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|Title: ||ECON 101-01, Microeconomics, Spring 2009|
|Authors: ||Estelle, Sarah M.|
|Date Issued: ||26-Aug-2009|
|Publisher: ||Rhodes College, Memphis, Tennessee|
|Series/Report no.: ||CRN Syllabi;10266|
|Abstract: ||Welcome to ECON 101, the microeconomics portion of the introductory economics series at Rhodes.
More importantly this is your opportunity to develop an “apparatus of the mind” with far‐reaching
applications that span time, culture, religion, and wealth. What intrigues you? What concerns you?
Even more, what baffles you? Your answers to these questions will determine the specific relevance
of the “economic way of thinking” to your life.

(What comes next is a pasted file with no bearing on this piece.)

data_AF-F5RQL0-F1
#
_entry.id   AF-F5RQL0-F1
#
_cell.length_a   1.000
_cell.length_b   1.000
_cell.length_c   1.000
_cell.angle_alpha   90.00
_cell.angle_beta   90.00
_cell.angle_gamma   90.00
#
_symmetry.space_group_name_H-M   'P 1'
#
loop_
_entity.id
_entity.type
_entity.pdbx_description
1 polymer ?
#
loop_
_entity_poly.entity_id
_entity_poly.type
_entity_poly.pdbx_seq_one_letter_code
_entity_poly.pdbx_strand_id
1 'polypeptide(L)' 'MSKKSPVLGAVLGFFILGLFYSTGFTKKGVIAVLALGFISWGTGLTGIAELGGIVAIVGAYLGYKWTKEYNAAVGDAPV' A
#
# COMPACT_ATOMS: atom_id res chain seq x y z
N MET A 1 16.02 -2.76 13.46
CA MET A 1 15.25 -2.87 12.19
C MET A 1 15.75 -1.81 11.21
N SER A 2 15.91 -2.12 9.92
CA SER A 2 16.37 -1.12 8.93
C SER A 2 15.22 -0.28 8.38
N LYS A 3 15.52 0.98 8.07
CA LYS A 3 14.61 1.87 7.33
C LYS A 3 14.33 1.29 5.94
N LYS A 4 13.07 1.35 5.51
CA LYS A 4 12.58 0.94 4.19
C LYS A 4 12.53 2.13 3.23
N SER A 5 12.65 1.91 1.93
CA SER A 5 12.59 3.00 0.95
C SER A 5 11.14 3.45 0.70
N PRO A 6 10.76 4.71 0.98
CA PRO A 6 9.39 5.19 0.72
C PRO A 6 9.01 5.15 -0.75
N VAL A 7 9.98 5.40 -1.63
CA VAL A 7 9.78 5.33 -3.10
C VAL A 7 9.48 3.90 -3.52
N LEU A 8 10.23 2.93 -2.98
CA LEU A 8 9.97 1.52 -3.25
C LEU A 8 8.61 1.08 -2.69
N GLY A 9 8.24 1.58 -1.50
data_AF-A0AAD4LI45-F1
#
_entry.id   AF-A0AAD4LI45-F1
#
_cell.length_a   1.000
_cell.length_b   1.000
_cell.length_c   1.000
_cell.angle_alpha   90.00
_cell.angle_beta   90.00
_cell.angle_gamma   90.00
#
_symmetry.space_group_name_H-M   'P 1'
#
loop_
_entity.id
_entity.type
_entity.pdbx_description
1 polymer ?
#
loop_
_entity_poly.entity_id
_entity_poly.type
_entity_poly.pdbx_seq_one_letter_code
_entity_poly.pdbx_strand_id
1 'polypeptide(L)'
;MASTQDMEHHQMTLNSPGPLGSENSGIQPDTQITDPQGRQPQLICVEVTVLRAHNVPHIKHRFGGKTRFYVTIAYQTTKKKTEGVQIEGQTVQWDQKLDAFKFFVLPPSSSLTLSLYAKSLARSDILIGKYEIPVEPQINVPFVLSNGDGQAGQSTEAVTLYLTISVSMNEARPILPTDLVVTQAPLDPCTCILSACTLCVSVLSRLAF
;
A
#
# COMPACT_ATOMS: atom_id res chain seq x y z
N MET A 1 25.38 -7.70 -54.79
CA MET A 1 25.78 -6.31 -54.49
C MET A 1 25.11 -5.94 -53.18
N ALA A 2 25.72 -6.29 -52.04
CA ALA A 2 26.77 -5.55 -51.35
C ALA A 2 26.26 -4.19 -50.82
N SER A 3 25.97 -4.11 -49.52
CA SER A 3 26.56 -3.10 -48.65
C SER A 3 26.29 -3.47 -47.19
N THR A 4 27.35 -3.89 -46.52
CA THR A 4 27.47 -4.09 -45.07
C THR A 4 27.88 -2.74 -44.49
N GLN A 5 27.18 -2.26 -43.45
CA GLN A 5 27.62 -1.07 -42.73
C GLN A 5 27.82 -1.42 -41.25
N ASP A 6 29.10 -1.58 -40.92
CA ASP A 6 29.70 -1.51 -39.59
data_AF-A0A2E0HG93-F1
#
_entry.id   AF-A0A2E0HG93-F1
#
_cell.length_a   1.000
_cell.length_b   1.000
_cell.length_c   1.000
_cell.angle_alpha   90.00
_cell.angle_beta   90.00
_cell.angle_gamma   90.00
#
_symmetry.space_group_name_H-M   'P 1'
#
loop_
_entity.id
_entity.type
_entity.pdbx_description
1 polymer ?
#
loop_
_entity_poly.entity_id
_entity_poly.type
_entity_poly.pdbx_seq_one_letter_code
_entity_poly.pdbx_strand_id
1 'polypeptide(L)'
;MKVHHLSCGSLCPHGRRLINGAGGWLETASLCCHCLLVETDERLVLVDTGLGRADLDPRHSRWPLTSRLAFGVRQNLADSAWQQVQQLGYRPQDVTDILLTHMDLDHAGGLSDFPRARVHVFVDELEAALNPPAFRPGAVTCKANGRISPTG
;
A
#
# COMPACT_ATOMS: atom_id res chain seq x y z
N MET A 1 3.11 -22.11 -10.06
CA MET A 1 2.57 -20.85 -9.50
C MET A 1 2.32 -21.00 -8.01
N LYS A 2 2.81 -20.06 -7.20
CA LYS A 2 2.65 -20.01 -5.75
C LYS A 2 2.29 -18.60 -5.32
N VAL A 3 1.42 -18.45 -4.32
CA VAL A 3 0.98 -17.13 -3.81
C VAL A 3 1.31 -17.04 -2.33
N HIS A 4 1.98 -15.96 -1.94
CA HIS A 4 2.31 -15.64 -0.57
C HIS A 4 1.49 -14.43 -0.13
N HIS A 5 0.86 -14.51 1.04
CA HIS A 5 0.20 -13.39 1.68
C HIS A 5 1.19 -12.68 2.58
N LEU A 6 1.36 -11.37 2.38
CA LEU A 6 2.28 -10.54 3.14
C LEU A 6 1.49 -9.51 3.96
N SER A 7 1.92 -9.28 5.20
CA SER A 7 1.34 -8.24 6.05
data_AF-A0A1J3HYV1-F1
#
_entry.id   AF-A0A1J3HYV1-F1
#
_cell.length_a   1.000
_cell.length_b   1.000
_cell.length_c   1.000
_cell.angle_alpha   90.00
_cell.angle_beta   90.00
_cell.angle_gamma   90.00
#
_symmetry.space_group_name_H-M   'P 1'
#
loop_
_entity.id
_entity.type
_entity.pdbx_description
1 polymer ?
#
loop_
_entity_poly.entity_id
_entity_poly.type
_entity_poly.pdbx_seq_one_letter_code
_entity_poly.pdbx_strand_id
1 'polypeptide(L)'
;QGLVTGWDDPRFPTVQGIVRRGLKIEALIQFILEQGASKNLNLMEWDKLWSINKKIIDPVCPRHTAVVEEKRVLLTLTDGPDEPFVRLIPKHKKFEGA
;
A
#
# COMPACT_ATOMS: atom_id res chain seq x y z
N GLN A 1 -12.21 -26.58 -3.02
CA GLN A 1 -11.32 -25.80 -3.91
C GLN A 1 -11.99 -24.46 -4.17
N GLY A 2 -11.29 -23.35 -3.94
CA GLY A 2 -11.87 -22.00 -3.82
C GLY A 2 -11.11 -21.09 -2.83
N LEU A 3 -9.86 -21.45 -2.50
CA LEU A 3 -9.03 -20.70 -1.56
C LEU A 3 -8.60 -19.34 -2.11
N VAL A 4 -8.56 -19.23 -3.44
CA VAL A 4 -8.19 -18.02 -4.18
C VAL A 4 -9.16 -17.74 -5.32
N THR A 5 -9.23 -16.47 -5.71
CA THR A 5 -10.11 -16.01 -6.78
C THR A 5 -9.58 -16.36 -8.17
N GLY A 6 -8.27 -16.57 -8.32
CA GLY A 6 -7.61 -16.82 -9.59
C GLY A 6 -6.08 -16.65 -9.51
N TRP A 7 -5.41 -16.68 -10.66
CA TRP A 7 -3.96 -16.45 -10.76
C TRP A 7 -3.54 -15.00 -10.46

Economics can be successfully employed by anyone. Like other social scientists, economists aim to
explain human behavior but within a unique framework using special tools. In this course you will
start building an economist’s toolkit that will allow you to study homo economicus (economic man),
rightly understood. Specific topics of this course include demand for goods and services, production
and supply of the same, trade, market failures, and resource allocation.As an introductory class, the objectives of this course are primarily:
(1) To instruct students in a basic cognitive background of economic analysis including
terminology and methods, particularly the economic way of thinking.
(2) To nurture an understanding of economic principles and theories among students that
illuminates economics’ interrelation with and applicability to other disciplines and, even, one’s
|Description: ||This syllabus was submitted to the Rhodes College Office of Academic Affairs by the course instructor.|
|Appears in Collections:||Economics Syllabi until Spring, 2011|
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